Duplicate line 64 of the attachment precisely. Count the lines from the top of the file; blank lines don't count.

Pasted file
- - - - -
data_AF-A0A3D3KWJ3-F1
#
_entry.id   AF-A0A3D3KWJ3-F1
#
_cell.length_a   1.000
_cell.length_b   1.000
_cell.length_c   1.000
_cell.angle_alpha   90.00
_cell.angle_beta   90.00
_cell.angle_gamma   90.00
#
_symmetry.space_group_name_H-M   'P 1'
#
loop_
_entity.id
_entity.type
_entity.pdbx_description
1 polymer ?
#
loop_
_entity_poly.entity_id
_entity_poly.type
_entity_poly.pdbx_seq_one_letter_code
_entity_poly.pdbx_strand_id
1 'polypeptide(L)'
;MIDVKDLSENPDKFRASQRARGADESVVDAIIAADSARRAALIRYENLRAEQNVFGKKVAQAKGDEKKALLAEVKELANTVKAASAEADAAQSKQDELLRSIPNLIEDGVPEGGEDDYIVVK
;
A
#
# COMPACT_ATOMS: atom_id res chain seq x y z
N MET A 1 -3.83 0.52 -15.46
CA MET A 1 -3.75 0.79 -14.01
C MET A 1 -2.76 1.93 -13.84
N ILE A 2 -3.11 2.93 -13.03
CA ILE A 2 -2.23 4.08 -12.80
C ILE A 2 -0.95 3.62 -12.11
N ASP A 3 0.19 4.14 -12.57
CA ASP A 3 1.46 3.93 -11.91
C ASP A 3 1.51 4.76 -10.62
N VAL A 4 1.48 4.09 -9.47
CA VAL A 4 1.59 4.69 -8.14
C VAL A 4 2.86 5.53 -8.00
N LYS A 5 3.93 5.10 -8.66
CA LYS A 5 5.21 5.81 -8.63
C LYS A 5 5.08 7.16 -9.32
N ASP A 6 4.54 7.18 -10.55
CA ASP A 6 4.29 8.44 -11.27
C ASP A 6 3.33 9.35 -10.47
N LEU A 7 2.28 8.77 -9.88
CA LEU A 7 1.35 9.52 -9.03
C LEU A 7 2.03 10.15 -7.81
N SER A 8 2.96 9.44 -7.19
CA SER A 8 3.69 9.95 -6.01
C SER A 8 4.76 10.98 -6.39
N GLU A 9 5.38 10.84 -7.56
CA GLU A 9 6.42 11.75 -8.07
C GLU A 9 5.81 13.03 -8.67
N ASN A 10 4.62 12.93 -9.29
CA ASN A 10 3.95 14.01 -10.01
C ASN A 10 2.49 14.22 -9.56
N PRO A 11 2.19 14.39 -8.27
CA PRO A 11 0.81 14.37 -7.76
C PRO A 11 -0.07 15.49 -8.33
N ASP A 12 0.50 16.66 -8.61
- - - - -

N ASP A 12 0.50 16.66 -8.61